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Web posted Friday, March 30, 2001

photo: state

 
College students shop as adult vacationers relax in rocking chairs, right, at Beach Place, a multi-story shopping, restaurant and entertainment venue on the beach in Fort Lauderdale, Wednesday, March 28. Fort Lauderdale has graduated from its spring break days of overflowing bars, lewd behavior and litter-filled beaches. The city has redefined itself as a destination for families, business travelers and upscale college students.
The Associated Press

Fort Lauderdale says goodbye to wild, youthful spring breaks

By JANELLE A. WEBER
Associated Press

FORT LAUDERDALE -- As a flamenco dancer twirled her ruffled red dress in front of a middle-aged audience at BeachPlace, 20-year-old Nate Dunlap wondered whether spring break could get any lamer.

"I guess I always assumed it was a spring break haven. I don't know why I assumed that," said the Cornell University sophomore. "College is definitely crazier, but it's colder."

Fort Lauderdale was immortalized as a spring break destination in the 1960 movie "Where the Boys Are." But the city has graduated from the days of overflowing bars, lewd behavior and litter-filled beaches. It has redefined itself as a spot for families, business travelers and well-to-do college students.

On a recent Wednesday, businessmen in ties sipped beers on their lunch break as college students in bathing suits tossed a volleyball on the beach.

"The younger kids that are here now, they're more mature," said Scott Loiselle, a manager at Hooters restaurant. "They're not as rowdy. We haven't had a fight yet."

In the early 1980s, hundreds of thousands of young people descended on the city, turning it upside down. They destroyed hotel rooms, left trash on the beach and scared away locals. In 1986, two spring breakers died in falls from balconies, and a third was killed in a motorcycle crash.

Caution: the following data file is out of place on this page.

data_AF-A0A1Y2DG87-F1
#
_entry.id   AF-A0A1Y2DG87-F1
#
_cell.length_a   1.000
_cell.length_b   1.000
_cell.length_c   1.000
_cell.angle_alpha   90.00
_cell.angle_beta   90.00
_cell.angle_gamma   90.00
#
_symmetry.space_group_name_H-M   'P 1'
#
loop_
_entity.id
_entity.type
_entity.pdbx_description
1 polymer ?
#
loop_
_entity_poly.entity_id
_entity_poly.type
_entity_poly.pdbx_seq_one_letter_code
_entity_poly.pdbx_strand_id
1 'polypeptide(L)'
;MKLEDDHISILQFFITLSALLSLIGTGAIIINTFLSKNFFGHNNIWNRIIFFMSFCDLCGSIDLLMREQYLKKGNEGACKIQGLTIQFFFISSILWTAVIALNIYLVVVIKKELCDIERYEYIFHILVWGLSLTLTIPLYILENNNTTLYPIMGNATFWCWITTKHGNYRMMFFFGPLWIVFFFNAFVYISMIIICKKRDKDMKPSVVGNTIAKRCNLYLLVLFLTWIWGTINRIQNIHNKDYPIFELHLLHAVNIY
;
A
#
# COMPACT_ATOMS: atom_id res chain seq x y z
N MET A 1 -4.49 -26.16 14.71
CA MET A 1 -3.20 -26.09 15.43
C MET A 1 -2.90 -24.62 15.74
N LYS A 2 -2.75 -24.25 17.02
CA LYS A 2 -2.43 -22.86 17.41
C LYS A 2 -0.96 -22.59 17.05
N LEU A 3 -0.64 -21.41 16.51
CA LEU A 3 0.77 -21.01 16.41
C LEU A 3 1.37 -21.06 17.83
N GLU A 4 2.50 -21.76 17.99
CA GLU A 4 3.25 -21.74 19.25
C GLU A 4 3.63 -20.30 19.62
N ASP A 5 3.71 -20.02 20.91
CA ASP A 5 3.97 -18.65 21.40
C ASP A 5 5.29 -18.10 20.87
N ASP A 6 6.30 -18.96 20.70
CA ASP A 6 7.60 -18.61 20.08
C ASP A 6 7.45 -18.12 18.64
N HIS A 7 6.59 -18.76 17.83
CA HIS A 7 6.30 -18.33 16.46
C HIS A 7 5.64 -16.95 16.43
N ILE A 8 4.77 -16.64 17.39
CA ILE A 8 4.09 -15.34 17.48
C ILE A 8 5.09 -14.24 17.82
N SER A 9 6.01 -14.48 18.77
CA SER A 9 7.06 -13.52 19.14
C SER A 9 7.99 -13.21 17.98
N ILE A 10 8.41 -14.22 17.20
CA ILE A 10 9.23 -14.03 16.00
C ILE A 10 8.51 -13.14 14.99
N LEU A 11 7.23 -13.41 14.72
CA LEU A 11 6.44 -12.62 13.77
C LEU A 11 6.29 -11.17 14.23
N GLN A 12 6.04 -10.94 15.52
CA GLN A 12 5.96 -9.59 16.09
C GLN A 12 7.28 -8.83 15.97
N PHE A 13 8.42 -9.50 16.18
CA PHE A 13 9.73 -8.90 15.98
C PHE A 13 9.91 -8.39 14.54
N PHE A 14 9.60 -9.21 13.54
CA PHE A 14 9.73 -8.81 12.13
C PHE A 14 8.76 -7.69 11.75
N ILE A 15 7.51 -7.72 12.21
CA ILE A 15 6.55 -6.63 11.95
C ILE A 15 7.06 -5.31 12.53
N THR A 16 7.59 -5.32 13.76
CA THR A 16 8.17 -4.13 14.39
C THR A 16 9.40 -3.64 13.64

Faced with a record 350,000 students in 1985, business leaders and City Council decided to make a change. Mayor Robert Dressler went on ABC's "Good Morning America" to say that college students were no longer welcome.

The City Council said no to MTV and inflatable beers cans and passed a law forbidding open alcoholic containers on the beach side of U.S. Highway A1A. Overnight parking on the beach was also prohibited.

Police strictly enforced the new ordinances the following year, arresting almost 2,500 people during spring break. The students started staying away. Only 60,000 visited during spring break 1988. About 25,000 are expected this spring.

The city's raucous reputation lingered even after more and more students opted for other party locations, such as Panama City Beach, Daytona Beach and Cancun, Mexico.

"It probably took 10 years before we could go out and pass the straight-faced test in the marketplace and say we had an alternate destination to sell," said Nicki Grossman, president of the Greater Fort Lauderdale Convention and Visitors Bureau.

Tourism officials are trying to market Fort Lauderdale as an upscale paradise, where Ferraris and Porsches purr down boulevards and sophisticated tourists dine in fine restaurants, as they do in Palm Beach or Miami.

While the marketing efforts have not completely erased the wet-and-wild image -- in mid-March, a New Jersey teen-ager died after falling from a motel balcony in Fort Lauderdale's first serious spring break accident since 1986 -- the shift away from spring break has begun to pay off.

The $110 million spent by students during spring break in the mid-1980s has been more than offset by the $773 million currently spent by tourists during the same period, Grossman said.

The Greater Fort Lauderdale/Broward County Convention Center, opened in 1991, will be the site of 23 conventions from January through June 2001. The meetings will bring an estimated 100,000 visitors and more than 175,000 room nights, with an economic impact totaling an estimated $106 million, Grossman said.

To attract well-heeled tourists, hotels, restaurants and shopping areas have had to undergo renovations, much to the delight of older tourists who first visited the city decades ago.

Ken Johnson, 65, of Westfield, Mass., toured the city 30 years ago during a visit to his parents' home -- a trip that coincided with spring break.

"Some places were downhill," said Johnson, after taking an afternoon cruise along the Intracoastal Waterway. "Now this is upscale. It's a lot nicer." A1A is still lined with tattoo parlors, T-shirt shops and open-air bars, but upscale businesses are slowly pushing their way in. A five-star hotel is being built on the lot where a popular spring break bar, the Candy Store, used to sit.

Even the cheapest beachside hotels were too expensive for Dunlap and his friend, Justin Gray, 20, of Union College in Schenectady, N.Y. They decided to stay downtown for $50 a night.

Dunlap, who spent his first week of spring break in New Orleans, said he wasn't sure yet whether the plane ticket to South Florida was worth it.

"New Orleans was kickin'. I haven't seen anything like that yet," he said.

On the Net:

Greater Fort Lauderdale Convention and Visitor's Bureau: www.sunny.org

BeachPlace: www.fortlauderdalebeach.com/beachplace



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